Top Ten Tuesday | 17th March 2020

Good morning, fellow bookworms. We have reached Tuesday and that can only mean one thing: it is time for Top Ten Tuesday! A weekly meme hosted by That Artsy Reader Girl, who each week assigns a new topic to inspires us to create a top ten list based on it. This week’s topic is:

Spring 2020 TBR (or whichever season it is where you live)

There are many wonderful books awaiting me on my bookshelf and Kindle, however here are ten books I am really hoping to get to over the milder, lighter months of March, April and May:

1. Lady Susan & The Watsons by Jane Austen – After recently reading Sanditon, I hope to finish off this collection of Austen’s shorter/unfinished works soon.

2. Wolf Hall by Hilary Mantel – The award-winning, historical-fiction about Henry VIII’s right-hand man, Thomas Cromwell. A book that has been bumped up my TBR list after featuring it in my 10th Dec 2019 TTT list.

3. The Problem of Pain by C S Lewis – Having treated myself to a boxset of Lewis’ Christian work, the first book I fancy reading is this argument pain is not sufficient reason to reject belief in a good and powerful God. Perhaps apt in the current climate.

4. Lords and Ladies by Terry Pratchett – The next book I have, chronologically, from Pratchett’s fantastical Discworld series. It has been far too long since I read my last Discworld: Reaper Man last year.

5. The Phantom Tree by Nicola Cornick – A time slip, one of my favourite genres, from a new-to-me author, that I downloaded on a whim. Another book that I have bumped up my TBR list after featuring it in my 10th Dec 2019 TTT list.

6. Madam, Will You Talk? by Mary Stewart – After loving The Moonspinners last summer, I am eager to read another of Stewart’s modern, suspense classics, and in fact this is her very first one published.

7. Jane Seymour, The Haunted Queen by Alison Weir – The third book from Weir’s ambitious six-book series, Six Tudor Queens. I loved the previous books about Katherine of Aragon and Anne Boleyn.

8. The Testament of Loki by Joanne M Harris – Looking forward to thus sequel after enjoying Harris’ refreshing, re-imagining of the Norse Gods and legends in The Gospel of Loki and Runemarks.

9. River Rising by John A. Heldt – The first book in Heldt’s latest Carson Chronicles series, which I look forward to starting after finishing Heldt’s previous, time-travelling series, American Journey.

10. Calysta and the Beast by Joanna Alonzo – The first book in new-to-me author, Alonzo’s The Sacred Scarred series, which is a modern-day, Christian retelling of Beauty and the Beast.


Now over to you: Have you read any of these? Are there any you think I should read first? What books do you hope to read this spring?

Also if you have taken part in this week’s TTT topic, too, then please leave a link for your post in the comments below, so I come check it out.

27 thoughts on “Top Ten Tuesday | 17th March 2020

  1. Though I really like Austen adaptations (and probably watch too many to be honest!), I don’t read her books. Still, someday it might be fun to try and read a collection as you have featured here since I haven’t seen those stories in an on-screen format. 🙂 Thanks so much for the Finding Wonderland visit! I appreciate it.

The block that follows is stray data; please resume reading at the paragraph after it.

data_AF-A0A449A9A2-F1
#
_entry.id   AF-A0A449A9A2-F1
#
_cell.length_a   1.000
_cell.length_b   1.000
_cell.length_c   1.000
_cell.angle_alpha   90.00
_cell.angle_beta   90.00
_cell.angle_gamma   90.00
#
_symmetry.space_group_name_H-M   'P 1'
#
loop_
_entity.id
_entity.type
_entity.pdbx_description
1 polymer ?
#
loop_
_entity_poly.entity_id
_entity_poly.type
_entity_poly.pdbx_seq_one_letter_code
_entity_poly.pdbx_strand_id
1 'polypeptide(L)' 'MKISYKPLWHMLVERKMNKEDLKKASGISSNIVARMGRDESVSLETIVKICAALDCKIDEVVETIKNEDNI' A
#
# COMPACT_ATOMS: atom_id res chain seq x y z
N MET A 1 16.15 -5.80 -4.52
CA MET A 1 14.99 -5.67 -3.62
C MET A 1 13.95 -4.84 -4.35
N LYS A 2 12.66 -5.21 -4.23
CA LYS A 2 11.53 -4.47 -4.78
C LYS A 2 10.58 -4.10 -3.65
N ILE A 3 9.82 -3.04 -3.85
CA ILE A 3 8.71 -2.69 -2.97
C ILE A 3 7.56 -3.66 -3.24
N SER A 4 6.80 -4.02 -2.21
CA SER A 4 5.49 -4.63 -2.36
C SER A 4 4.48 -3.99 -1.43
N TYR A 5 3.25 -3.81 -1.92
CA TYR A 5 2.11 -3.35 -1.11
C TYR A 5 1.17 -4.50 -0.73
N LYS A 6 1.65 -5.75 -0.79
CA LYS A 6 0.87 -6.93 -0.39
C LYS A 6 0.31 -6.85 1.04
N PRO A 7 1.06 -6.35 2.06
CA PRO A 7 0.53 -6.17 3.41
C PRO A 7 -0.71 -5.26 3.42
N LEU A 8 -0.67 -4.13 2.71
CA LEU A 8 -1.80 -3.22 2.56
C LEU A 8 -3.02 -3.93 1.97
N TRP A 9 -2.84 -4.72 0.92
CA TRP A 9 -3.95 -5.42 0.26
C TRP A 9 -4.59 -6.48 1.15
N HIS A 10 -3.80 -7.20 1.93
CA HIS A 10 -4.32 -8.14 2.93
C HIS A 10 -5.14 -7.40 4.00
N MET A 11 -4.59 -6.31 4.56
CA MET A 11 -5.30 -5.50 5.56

1. Rissi, I can’t believe you love watching Austen adaptations, but have never read one of her wonderful novels!! This could throw a spanner in the works, as there is a 2019 TV adaptation of Sanditon, which was shown on ITV here in the UK – Wanting to watch that was what encouraged me to start reading this collection. Happy reading/viewing! 😉

  2. I’m throwing my weight behind Wolf Hall. The style does take some getting used to and there are a large cast f characters but it’s just stunning. I’m now reading the even bigger third book in the trilogy…

  3. Some great titles on your list. I’m especially intrigued by The Problem of Pain, as I’ve never read any of Lewis’s non-fiction before, but this one sounds kind of appropriate in these times.

    1. Alyson, I think The Problem of Pain could be a very appropriate read with the current problems. If you haven’t read any of Lewis’s Christian non-fiction before, I’ll highly recommend Mere Christianity.

    1. Greg, I am not a doctor but I totally prescribe that you read some Pratchett, especially at this stressful/difficult time. His books never fail to lift my mood and make me smile/laugh-out-loud! 😁

  4. Great list! Wolf Hall is one that I really need to get to, too – it’s a little embarrassing that I haven’t read it yet considering how much of a Tudor nerd I am. I hope you enjoy all of these!

    1. How great that you got to take a class on C. S. Lewis – I am a little jealous. Although I did write my dissertation on The Lion, The Witch and The Wardrobe. 😉 Thank you and happy reading to you, too.

  5. That looks like a good list. I haven’t read any of these. But The Phantom Tree has been on my TBR for a while now.
    Enjoy your reading! 😉

  6. I read the C.S.Lewis many years ago and still have it on my shelf. I’m sure I could benefit from reading it again. I’ve also read The Phantom Tree and thought it was very good! I feel certain I read that Mary Stewart, too, since I read most of her novels when I was much younger.

    Wolf Hall is on my library list and I have Discworld novel (Tiffany Aching series) waiting in my Kindle.

    I look forward to seeing which of these you choose.

    1. Kelly, pleased to hear there are few on my list that you have read/enjoyed and exciting that we both have Wolf Hall and a Discworld novel to look forward too. I also hope you have chance for a re-read of The Problem of Pain, especially if it would be beneficial at this time.

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